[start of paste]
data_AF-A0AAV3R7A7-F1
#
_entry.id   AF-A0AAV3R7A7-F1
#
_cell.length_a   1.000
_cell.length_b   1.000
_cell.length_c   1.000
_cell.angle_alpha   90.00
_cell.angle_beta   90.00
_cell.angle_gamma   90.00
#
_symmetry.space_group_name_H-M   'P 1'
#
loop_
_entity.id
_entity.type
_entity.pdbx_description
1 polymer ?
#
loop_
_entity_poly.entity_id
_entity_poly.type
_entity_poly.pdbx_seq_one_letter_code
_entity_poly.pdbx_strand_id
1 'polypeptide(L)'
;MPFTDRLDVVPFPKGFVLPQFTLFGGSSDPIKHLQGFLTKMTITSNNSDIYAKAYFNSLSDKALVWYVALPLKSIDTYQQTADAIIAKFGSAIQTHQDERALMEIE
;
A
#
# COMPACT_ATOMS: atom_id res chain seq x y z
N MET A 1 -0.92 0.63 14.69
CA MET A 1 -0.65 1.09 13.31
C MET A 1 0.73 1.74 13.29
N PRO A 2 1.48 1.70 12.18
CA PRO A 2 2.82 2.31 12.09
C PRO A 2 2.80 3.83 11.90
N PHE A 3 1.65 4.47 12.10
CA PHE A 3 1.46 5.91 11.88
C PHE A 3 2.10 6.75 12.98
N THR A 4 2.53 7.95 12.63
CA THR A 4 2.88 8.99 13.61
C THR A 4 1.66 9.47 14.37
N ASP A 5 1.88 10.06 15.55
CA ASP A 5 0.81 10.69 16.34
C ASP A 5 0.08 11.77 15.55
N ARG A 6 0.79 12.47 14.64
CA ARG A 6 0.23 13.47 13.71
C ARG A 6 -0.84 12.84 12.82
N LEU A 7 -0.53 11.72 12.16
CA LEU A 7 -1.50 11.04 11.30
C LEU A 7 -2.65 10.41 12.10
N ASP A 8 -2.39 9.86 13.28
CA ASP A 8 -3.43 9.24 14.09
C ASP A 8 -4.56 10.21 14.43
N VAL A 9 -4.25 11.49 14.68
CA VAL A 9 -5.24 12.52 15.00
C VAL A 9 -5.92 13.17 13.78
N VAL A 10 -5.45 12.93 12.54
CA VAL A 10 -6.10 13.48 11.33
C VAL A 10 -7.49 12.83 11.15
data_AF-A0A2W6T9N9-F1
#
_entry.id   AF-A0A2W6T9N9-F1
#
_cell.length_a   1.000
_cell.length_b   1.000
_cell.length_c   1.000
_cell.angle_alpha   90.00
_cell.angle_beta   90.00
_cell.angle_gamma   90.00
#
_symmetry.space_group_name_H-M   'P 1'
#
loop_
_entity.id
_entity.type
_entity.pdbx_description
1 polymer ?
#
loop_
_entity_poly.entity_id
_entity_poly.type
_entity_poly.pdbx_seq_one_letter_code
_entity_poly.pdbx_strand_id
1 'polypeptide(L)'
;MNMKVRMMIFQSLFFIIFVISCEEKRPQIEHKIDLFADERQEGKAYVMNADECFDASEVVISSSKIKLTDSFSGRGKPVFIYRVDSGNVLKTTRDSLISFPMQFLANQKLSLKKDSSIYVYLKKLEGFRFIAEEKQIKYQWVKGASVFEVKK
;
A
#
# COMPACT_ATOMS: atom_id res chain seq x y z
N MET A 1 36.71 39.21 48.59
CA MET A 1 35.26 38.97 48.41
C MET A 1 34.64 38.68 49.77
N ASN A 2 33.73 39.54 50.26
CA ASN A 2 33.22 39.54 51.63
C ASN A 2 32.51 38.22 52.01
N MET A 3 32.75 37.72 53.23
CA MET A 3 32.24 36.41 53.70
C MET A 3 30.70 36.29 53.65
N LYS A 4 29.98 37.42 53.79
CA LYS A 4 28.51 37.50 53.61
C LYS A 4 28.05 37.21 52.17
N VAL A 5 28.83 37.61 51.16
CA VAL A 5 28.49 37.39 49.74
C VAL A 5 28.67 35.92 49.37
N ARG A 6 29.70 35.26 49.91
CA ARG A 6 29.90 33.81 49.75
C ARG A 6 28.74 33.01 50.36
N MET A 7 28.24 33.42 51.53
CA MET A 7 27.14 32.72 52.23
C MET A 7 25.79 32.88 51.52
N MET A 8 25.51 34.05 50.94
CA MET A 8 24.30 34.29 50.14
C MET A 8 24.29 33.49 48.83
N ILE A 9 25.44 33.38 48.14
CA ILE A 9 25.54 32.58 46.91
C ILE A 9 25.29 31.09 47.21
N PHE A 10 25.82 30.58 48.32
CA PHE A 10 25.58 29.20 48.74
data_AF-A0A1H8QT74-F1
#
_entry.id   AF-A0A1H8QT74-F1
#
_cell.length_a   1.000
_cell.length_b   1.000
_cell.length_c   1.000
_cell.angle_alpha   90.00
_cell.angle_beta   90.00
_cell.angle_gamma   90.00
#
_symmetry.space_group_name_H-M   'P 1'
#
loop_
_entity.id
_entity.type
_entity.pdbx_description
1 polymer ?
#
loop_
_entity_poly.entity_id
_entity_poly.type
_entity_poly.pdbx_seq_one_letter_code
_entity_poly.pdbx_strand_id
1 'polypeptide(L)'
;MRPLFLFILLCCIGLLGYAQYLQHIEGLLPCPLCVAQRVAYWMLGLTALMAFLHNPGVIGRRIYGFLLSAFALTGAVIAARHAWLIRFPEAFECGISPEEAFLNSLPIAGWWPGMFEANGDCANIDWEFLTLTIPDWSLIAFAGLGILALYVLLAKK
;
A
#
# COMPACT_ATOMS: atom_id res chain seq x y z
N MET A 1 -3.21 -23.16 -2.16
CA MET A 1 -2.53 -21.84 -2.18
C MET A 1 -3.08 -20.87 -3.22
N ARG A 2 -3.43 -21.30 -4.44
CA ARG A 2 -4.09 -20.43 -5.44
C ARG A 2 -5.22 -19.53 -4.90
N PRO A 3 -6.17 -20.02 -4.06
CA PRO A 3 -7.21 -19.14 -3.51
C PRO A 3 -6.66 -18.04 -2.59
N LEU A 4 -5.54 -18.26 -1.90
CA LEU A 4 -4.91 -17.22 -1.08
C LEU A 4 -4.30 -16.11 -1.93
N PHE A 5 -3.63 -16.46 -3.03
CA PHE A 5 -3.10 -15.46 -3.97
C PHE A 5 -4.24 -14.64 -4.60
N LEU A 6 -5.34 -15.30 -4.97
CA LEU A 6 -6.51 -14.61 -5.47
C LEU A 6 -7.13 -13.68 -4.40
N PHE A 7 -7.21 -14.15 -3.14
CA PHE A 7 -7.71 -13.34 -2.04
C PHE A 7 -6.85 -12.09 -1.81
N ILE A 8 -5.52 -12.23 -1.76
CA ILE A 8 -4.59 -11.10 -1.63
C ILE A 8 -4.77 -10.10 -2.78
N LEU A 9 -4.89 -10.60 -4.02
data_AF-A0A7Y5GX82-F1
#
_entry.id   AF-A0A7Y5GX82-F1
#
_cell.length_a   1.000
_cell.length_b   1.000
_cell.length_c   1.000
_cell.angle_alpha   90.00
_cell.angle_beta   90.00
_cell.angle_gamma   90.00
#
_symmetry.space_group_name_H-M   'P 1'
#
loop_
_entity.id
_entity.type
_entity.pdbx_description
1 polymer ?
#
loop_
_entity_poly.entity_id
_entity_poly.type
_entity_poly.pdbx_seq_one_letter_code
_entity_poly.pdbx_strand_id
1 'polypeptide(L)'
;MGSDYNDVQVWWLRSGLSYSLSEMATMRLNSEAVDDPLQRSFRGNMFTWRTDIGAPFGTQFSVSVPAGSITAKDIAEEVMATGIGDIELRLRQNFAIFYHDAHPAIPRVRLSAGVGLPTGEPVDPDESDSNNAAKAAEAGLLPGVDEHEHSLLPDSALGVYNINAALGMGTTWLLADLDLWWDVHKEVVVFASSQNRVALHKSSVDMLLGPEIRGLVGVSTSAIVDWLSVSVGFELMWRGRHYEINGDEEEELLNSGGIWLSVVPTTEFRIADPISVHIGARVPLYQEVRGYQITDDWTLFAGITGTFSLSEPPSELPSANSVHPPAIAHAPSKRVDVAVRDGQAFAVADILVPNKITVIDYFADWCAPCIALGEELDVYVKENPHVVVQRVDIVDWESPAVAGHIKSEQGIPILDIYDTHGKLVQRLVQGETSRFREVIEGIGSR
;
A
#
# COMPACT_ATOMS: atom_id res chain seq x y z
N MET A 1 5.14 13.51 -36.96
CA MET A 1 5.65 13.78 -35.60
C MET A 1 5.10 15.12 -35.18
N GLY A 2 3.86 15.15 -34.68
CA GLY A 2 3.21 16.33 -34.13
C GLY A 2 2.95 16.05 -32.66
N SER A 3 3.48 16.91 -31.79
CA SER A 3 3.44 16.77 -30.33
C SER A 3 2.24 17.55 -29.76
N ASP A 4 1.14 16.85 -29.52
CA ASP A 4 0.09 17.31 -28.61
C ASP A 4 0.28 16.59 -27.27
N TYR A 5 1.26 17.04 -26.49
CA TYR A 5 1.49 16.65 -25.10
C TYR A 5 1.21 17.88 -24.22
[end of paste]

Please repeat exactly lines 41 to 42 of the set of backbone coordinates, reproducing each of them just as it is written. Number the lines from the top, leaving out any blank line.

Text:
CA THR A 4 2.88 8.99 13.61
C THR A 4 1.66 9.47 14.37